How you can avoid having your bank account wiped out by an Android banking Trojan


The Godfather Android banking Trojan has a deal that you better refuse. A Trojan is a malicious app that pretends to be legitimate. It might actually perform the tasks that led you to install it in the first place until it receives its orders from a Command & Control (C&C) server. A banking Trojan goes after the information and data you use to sign into your banking apps and with that info in hand, it gets into your bank accounts and causes major headaches for you.

The Godfather banking Trojan has targeted more than 400 banking and crypto apps in 16 countries

According to cybersecurity firm Group-IB (via The Hacker News), the Godfather Banking Trojan has targeted over 400 banking and cryptocurrency apps in 16 countries. Between June 2021 and October 2022 when the Godfather banking Trojan was active, half of the targeted apps were banking apps while others attacked included cryptocurrency wallets and exchanges. 49 of the targets were American companies, 31 were Turkish and 30 were located in Spain. Financial service companies in Canada, France, Germany, the U.K., Italy, and Poland were also affected.

When an Android user interacts with a phony notification or tries to open a legitimate app targeted by the Trojan, a fake overlay appears on the screen collecting usernames and passwords typed by the victim on his phone. The victim is tricked by the overlay into thinking that this information is required to open the infected banking or financial services app. Godfather can also bypass two-factor authorization making it extremely dangerous.

Group-IB says that the banking Trojan is being distributed via “decoy applications” listed on Google Play. As of October 2022, 215 international banks, 94 cryptocurrency and 110 crypto exchange platforms have been victimized by Godfather in the United States, Turkey, Spain, Canada, Germany, France, and the U.K.

Interestingly, Godfather seems to back down from infecting phones that list a language spoken in a post-Soviet country as a preference. Those countries include Russia, Azerbaijan, Armenia, Belarus, Kazakhstan, Kyrgyzstan, Moldova, Uzbekistan, and Tajikistan. That leads Group-IB to believe that the developers of the Trojan speak Russian. The Trojan has also been known to record the victim’s screen, send fake text messages from an infected device, and more.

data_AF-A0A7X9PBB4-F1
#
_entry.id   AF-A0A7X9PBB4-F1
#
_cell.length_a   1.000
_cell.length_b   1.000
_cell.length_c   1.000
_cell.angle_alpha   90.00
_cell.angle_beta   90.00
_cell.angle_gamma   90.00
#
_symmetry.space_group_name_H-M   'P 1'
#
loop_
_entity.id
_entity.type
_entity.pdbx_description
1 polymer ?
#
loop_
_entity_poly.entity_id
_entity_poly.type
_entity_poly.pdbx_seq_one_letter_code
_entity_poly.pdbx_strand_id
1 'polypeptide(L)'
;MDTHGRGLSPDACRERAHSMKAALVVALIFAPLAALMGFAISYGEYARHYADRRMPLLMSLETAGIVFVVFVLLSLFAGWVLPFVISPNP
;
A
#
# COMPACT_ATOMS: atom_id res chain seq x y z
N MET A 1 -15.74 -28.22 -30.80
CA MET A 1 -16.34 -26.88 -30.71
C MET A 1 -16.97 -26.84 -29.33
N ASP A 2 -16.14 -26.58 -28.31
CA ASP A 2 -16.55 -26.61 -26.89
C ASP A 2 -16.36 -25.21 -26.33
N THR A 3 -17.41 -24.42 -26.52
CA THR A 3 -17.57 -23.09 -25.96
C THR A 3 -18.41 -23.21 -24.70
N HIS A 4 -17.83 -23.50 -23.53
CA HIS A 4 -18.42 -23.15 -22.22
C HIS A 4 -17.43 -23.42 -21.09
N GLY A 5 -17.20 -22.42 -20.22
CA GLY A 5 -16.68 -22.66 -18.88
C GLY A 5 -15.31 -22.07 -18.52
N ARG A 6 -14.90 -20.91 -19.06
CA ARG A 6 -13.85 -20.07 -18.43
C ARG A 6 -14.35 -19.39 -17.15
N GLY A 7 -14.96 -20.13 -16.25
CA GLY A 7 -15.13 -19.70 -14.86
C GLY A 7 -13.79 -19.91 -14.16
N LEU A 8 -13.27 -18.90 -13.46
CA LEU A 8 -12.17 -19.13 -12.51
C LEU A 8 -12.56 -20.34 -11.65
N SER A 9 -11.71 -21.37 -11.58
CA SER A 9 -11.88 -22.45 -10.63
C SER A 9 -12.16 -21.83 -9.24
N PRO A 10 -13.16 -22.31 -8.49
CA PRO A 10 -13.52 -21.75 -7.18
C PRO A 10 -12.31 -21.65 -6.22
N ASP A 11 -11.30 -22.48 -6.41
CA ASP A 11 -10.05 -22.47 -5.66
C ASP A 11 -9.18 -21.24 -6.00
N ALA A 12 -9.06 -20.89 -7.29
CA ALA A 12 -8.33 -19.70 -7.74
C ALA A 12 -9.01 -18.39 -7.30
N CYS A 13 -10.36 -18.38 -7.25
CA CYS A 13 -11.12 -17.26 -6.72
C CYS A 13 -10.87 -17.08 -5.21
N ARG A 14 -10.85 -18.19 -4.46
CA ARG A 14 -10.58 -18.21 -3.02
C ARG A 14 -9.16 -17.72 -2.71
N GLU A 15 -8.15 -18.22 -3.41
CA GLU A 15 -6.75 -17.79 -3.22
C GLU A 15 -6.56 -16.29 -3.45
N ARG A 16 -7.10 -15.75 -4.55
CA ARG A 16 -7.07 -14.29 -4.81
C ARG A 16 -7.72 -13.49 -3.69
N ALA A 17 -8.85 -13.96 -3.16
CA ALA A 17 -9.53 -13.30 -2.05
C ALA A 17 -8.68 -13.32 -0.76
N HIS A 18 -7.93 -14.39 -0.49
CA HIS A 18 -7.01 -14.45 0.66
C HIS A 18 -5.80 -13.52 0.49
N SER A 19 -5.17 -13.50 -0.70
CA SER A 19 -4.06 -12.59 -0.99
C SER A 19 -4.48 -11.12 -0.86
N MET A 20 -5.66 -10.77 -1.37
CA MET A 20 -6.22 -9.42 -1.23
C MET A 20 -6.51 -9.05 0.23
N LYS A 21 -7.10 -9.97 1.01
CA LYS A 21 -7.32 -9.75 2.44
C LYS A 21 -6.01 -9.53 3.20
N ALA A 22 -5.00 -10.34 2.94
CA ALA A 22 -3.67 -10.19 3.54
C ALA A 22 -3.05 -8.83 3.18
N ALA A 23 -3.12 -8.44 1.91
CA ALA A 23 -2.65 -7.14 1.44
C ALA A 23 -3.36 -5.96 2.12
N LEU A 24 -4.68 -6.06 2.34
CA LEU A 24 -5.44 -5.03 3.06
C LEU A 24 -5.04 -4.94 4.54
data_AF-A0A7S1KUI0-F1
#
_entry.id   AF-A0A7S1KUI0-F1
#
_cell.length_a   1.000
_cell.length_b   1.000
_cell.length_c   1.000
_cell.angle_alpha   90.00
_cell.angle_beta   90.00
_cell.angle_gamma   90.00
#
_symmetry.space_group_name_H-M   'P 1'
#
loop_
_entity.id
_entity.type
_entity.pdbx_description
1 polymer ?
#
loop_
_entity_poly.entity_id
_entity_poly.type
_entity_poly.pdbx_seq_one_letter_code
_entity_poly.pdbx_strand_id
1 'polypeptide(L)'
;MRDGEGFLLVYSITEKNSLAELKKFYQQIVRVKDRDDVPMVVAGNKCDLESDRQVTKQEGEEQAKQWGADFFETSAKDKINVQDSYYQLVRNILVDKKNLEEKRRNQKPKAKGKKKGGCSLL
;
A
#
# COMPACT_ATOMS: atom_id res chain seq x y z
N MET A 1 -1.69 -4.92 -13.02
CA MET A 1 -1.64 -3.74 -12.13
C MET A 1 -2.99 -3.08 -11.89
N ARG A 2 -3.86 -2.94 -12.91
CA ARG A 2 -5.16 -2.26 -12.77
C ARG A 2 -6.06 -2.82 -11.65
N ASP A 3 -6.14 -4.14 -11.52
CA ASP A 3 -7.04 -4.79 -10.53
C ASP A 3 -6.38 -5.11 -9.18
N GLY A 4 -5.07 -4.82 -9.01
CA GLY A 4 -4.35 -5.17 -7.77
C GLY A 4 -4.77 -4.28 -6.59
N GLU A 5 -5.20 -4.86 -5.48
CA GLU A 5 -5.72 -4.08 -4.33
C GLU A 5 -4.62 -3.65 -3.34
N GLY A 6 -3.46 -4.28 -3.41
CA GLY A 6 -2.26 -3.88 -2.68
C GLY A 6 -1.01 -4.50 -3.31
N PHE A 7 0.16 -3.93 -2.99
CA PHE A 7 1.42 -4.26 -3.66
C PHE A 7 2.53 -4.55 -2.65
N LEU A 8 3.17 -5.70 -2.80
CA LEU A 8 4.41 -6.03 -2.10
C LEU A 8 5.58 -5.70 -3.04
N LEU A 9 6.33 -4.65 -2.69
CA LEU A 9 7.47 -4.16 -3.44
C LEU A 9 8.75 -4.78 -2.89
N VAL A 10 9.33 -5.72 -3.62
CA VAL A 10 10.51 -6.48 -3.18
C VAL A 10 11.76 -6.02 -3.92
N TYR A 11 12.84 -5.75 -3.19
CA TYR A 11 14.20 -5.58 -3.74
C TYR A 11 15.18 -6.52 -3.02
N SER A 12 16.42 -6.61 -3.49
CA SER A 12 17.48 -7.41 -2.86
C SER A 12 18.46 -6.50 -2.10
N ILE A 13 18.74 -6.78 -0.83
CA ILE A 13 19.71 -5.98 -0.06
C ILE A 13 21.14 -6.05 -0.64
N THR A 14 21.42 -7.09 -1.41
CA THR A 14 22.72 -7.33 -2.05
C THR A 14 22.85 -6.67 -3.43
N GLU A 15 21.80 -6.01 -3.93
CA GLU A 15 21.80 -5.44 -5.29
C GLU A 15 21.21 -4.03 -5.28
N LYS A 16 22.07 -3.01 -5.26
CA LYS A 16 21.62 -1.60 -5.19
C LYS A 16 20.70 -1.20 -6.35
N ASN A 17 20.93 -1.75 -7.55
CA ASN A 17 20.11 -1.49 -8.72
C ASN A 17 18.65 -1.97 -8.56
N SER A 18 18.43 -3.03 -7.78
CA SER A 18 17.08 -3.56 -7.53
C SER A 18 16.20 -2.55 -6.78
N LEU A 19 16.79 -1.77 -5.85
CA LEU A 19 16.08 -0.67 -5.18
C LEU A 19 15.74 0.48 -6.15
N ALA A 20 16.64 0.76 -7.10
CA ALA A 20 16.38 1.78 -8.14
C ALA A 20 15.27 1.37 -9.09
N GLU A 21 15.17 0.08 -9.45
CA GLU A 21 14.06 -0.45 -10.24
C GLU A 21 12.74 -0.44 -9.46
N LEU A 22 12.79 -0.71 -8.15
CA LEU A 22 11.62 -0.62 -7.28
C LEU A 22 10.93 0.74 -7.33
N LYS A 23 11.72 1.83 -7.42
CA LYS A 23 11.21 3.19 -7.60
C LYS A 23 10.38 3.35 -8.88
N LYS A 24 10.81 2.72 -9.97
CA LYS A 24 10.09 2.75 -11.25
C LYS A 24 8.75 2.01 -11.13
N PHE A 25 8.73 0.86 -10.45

One malicious app that was hosted in the Google Play Store linked to the Godfather banking Trojan is Currency Converter Plus. It has been discovered from samples of the Godfather Trojan that when the malware is open, a fake version of Google Protect appears with animation that makes the victim think that the app is being scanned when in reality, nothing is happening. And making matters worse, the app’s icon hides and can’t be seen in the list of a phone’s installed apps.

Here are the steps to take to protect your Android phone from a banking Trojan

So with the user duped into thinking that the app has been scanned and no malware discovered, he opens his banking app, uses his login, and has just given the bad guys the key to his vault. But you can take certain steps that could help you fight back against banking Trojans like Godfather.

According to Group-IB, always make sure that you are running the latest version of Android on your phone. The more recent the version of Android running on your phone, the less likely it is to be infected by a banking Trojan.

Group-IB also suggests that you do not sideload and install apps from third-party Android app storefronts even though Google cannot guarantee that every app is safe. The cybersecurity firm also suggests that you look at the permissions each app is asking for. If the permissions a specific app requests seem out of place, such as a request by a news app to use your microphone or camera (especially for an app with an unfamiliar developer), perhaps you should not install it. Also, do not click on links sent to you in text messages.

What can you do if your phone is already infected? Group-IB says to take the following three steps:

  • Disable network access.
  • Freeze any bank accounts that may have been accessed from your device.
  • Contact experts to receive detailed information about the risks that the malware could pose to your device.



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